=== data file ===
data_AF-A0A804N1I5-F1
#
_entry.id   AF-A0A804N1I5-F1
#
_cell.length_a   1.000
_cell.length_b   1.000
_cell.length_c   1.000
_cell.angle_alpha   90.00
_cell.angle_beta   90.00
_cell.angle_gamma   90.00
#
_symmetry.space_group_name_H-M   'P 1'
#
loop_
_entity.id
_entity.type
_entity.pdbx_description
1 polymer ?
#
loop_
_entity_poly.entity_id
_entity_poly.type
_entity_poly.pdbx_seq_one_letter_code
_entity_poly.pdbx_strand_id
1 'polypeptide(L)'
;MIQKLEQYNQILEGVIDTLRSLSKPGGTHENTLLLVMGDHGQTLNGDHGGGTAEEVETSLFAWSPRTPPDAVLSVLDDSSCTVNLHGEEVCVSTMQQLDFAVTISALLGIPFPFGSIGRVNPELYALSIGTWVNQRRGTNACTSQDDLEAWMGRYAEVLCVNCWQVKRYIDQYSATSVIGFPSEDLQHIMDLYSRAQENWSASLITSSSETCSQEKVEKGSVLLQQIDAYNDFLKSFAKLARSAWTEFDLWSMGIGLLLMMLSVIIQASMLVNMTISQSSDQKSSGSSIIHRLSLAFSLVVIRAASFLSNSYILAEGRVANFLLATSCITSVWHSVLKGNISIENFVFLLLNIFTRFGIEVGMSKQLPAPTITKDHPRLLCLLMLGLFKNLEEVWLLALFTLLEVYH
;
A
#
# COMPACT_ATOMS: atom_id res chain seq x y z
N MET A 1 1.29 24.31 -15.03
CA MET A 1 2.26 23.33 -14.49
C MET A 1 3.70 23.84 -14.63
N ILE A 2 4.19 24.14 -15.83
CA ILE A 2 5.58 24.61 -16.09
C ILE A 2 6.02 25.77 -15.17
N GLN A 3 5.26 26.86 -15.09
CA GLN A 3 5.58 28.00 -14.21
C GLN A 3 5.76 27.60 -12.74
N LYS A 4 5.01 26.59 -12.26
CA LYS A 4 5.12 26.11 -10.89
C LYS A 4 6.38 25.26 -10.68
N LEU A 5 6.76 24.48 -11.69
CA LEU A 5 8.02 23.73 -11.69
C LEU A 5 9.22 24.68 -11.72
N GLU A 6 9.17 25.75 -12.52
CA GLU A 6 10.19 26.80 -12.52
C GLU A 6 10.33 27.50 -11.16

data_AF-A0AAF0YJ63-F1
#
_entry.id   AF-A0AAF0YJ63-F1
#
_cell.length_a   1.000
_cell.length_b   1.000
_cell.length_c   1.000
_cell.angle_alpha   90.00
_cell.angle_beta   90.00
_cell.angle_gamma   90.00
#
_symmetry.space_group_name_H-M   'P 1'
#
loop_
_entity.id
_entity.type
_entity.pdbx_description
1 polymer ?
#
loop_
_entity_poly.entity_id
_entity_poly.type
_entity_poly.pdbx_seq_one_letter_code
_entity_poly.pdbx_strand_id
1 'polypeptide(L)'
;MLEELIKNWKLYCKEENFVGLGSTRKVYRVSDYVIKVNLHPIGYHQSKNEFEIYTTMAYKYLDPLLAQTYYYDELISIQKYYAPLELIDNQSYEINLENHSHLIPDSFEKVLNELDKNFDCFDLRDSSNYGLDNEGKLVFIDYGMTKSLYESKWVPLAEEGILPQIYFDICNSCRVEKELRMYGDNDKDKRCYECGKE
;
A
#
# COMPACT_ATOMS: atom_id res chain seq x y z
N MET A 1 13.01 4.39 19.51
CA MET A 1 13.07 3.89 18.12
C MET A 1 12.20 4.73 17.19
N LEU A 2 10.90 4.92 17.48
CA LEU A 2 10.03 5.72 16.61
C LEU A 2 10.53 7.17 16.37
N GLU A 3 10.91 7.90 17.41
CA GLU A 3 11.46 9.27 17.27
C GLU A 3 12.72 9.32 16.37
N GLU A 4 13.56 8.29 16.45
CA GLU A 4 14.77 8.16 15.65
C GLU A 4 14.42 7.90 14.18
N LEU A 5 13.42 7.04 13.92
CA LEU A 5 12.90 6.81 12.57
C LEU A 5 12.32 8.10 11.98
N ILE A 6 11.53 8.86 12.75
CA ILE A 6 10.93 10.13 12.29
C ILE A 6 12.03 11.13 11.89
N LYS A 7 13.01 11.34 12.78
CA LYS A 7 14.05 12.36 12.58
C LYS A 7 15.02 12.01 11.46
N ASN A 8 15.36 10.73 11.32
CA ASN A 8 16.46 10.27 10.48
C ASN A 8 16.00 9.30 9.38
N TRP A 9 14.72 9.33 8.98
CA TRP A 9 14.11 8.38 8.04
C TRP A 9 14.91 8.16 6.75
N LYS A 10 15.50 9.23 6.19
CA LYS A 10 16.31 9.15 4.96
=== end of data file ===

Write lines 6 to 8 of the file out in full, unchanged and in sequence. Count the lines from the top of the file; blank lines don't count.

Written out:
_cell.length_b   1.000
_cell.length_c   1.000
_cell.angle_alpha   90.00